“[t]here is seldom a one-to-one equivalence of any culture-bound syndrome with a DSM diagnostic entity. Aberrant behavior that might be sorted by a diagnostician using DSM-IV into several categories may be included in a single folk category, and presentations that might be considered by a diagnostician using DSM-IV as belonging to a single category may be sorted into several by an indigenous clinician. Moreover, some conditions and disorders have been conceptualized as culture-bound syndromes specific to industrialized culture (e.g., Anorexia Nervosa, Dissociative Identity Disorder) given their apparent rarity or absence in other cultures.” [APA 1994:844].
This is reified in the case of susto as it is seen to arise from a variety of circumstances, and is located in time and place.

            Symptoms of susto are many and somewhat diverse, so cultural consensus needs to be understood to address it.  Susan Weller is a leader in this methodology (2007).  In practice, consensus analysis
“determines whether the responses of a group of individuals have a sufficient degree of homogeneity to describe them as a single set of “shared beliefs” [...,] estimates individual respondents’ level of cultural knowledge about the questions [..., and] estimates the culturally “correct” answers to the questions (the normative cultural responses) and provides a probabilistic confidence level for the estimation of answers to the questions.” [Weller et al. 2002:458]
Using this analysis method, her team discovered variances in the expression of susto (in Guatemala, Texas, and Mexico) but that there are mostly core symptoms.  Symptoms for (1) all locations include agitation, crying and hysterical crying, bad dreams, difficulty sleeping, fear of strange people, frequent shaking and trembling, tossing and screaming during sleep, paleness, and nerves; for (2) only Guatemala include lack of appetite and weight loss, fever, lack of animation, and muscle/body aches; and for (3) only Texas include cold sweat, vomiting, and diarrhea (Weller et al. 2002:464).  Then there are the outliers, the more possession-relative symptoms.  For the Aymara of Peru, susto can occur even without the aforementioned “loss of soul,” where a strange invading spirit takes over the body and mind instead and “starts to influence the person, and makes him think, speak, act, and feel in “strange” ways” (Burman 2010:464).  This concept has coursed through early Mesoamerican cultures as well (Gonzales 2012:29).  Causes of susto being what they are, seeming to be illogically related to the physiological symptom set, it should be warned that labeling them as solely psychological projections is ethnocentrically assumptive.
“[S]omatization – the theory that ego converts unexpressed emotions into bodily experiences – is an equally inadequate construct inasmuch as it artificially separates bodily and psychological symptoms that patients experience as a unified whole. The Chinese experience of depression [i.e.] suggests that the existential core of depression is bodily.” [Lee et al. 2007:5]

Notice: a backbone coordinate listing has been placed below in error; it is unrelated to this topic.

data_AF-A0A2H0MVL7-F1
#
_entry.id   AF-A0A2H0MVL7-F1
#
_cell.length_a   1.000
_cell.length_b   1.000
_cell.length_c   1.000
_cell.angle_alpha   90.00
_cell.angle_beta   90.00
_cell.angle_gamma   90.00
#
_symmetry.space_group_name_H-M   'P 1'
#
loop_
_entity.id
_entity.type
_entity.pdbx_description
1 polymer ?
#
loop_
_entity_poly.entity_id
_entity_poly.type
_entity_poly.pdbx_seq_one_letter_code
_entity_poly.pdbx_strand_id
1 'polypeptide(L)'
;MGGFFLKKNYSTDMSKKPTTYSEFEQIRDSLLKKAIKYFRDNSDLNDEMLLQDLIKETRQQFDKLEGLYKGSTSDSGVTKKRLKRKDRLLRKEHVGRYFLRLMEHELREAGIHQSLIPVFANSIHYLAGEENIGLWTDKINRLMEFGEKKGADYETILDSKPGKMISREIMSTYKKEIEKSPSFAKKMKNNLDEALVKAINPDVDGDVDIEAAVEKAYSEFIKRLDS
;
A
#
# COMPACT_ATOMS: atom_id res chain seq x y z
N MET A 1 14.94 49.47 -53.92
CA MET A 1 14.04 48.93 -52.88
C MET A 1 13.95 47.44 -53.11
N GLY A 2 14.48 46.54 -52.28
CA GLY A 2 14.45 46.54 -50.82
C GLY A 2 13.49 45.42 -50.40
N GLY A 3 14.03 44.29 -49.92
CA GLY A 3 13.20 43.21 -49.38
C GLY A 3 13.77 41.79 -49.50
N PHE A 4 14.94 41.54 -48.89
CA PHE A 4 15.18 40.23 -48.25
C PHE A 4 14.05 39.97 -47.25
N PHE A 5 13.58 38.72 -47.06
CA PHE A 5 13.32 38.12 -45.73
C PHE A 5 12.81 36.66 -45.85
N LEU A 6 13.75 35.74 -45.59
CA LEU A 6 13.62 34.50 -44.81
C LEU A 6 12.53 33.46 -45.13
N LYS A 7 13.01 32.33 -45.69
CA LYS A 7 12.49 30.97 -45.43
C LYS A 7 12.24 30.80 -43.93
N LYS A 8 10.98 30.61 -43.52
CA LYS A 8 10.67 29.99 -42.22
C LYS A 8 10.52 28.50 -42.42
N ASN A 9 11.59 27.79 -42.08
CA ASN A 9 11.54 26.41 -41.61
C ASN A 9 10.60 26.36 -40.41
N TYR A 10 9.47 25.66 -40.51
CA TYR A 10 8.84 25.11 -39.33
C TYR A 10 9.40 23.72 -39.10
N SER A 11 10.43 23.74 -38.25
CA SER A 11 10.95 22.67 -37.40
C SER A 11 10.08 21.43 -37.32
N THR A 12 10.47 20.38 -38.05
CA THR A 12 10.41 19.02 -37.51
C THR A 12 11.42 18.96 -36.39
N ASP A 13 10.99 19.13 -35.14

Not only are these experiences legitimately unique ways of experiencing psychiatric stress (Kirmayer 2012:9), but they can also be products of or causal factors for measurable physiological disease.

Medical Assays

            Baer et al. (2012) studied the relationship between diabetes and susto, as susto has been blamed by Mexican and Mexican American patients as causal to their diagnoses of diabetes (Baer et al. 2012:340-341).  They chose to study 239 diabetes I patients and 200 non-diabetic control patients at the family practice clinic at the Instituto Mexicano de Seguro Social (IMSS) in Guadalajara, Mexico (choosing the same treatment population that Weller et al. [2008] decided to use, but focusing on diabetics that Weller et. al excluded due to nascent research that they cited which asserted that the two were not correlated).  Baer et al. noted that “because those who had diabetes for a longer period of time may have experienced a folk illness after the onset of diabetes, we limited the sample to those who were recently diagnosed,” increasing “the likelihood that the folk illness was experienced at or before the diagnosis of diabetes” (Baer et al. 2012:342).  They
“found that the prevalence of susto among those with a recent diagnosis of diabetes (63%) was not higher than that among controls without a diagnosis of diabetes (69%). Furthermore, the prevalence of susto among those with undiagnosed diabetes (55%) was not higher than that among those without undiagnosed diabetes (72%).” [Baer et al. 2012:344]